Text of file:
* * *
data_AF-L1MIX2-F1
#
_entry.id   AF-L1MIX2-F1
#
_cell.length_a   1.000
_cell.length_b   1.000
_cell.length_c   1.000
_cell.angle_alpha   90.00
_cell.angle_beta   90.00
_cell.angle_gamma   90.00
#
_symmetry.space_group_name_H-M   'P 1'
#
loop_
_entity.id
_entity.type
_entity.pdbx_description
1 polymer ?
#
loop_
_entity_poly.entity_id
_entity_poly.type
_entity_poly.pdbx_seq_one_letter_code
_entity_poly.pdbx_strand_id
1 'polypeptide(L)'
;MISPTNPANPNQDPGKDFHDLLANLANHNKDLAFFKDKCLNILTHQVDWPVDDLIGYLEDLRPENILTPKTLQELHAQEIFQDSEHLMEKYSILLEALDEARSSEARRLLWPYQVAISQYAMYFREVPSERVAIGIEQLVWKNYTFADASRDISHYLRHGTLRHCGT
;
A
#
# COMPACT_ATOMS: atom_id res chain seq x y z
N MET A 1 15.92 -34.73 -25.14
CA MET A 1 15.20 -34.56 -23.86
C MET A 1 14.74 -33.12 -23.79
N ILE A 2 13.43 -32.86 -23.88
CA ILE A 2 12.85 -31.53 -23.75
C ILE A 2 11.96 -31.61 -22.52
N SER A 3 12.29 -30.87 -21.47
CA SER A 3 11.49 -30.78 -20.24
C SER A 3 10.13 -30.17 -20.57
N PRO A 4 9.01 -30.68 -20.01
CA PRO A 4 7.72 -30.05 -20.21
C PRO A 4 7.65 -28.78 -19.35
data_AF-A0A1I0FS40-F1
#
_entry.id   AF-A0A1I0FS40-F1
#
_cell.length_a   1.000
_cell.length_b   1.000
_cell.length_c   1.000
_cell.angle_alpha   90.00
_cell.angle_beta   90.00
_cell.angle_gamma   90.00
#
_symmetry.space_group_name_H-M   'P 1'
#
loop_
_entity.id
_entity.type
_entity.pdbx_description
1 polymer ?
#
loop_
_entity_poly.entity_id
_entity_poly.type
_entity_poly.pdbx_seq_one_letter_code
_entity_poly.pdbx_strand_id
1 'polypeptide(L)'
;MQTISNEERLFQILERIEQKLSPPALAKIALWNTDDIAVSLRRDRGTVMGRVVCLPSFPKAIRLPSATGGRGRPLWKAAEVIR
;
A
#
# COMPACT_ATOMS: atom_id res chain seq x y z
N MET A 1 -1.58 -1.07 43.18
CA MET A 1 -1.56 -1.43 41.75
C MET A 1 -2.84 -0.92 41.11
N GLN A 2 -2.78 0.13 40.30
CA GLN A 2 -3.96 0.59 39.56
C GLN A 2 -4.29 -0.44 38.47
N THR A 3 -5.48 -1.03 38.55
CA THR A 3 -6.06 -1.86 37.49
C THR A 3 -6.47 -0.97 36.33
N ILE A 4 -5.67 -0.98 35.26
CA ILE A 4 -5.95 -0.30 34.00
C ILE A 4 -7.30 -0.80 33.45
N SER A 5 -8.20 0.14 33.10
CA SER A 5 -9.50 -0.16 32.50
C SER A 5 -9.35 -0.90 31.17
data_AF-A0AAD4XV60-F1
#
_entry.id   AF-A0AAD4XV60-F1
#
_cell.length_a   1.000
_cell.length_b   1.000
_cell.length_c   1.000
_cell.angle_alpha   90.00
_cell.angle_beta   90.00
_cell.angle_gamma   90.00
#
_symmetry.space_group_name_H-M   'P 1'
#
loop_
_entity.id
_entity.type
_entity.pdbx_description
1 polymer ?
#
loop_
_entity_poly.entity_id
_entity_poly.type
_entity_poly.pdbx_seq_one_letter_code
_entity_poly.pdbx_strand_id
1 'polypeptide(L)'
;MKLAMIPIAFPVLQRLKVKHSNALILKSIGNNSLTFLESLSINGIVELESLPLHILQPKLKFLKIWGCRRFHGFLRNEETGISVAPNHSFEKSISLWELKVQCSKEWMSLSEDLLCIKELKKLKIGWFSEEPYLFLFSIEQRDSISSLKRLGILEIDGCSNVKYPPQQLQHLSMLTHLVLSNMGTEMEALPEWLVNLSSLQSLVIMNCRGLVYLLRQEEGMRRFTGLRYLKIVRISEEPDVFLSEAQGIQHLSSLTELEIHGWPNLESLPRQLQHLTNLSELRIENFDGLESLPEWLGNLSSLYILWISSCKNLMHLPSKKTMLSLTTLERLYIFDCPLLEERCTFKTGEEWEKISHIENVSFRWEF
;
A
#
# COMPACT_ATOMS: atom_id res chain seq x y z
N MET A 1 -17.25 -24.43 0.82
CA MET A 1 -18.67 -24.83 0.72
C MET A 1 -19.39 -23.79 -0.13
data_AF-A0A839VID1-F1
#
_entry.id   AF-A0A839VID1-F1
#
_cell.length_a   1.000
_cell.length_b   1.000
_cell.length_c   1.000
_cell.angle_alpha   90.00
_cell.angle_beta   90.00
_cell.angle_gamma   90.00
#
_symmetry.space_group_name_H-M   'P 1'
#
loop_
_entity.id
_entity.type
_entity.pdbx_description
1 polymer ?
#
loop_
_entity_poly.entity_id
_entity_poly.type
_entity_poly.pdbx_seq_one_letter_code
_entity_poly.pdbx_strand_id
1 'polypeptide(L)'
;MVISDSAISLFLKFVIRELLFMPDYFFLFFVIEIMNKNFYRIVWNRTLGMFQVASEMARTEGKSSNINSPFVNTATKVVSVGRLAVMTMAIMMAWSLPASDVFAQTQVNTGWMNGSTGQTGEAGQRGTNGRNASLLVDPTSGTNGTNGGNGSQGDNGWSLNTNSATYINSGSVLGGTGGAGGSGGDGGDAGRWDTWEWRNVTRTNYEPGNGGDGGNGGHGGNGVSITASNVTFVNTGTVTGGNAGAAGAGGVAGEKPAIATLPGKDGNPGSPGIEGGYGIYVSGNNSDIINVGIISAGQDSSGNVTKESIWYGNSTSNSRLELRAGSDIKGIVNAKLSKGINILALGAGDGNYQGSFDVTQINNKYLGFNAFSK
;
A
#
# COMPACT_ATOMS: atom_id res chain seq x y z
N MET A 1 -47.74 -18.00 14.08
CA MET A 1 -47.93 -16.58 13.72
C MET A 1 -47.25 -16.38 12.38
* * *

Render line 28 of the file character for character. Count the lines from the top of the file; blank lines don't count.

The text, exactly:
A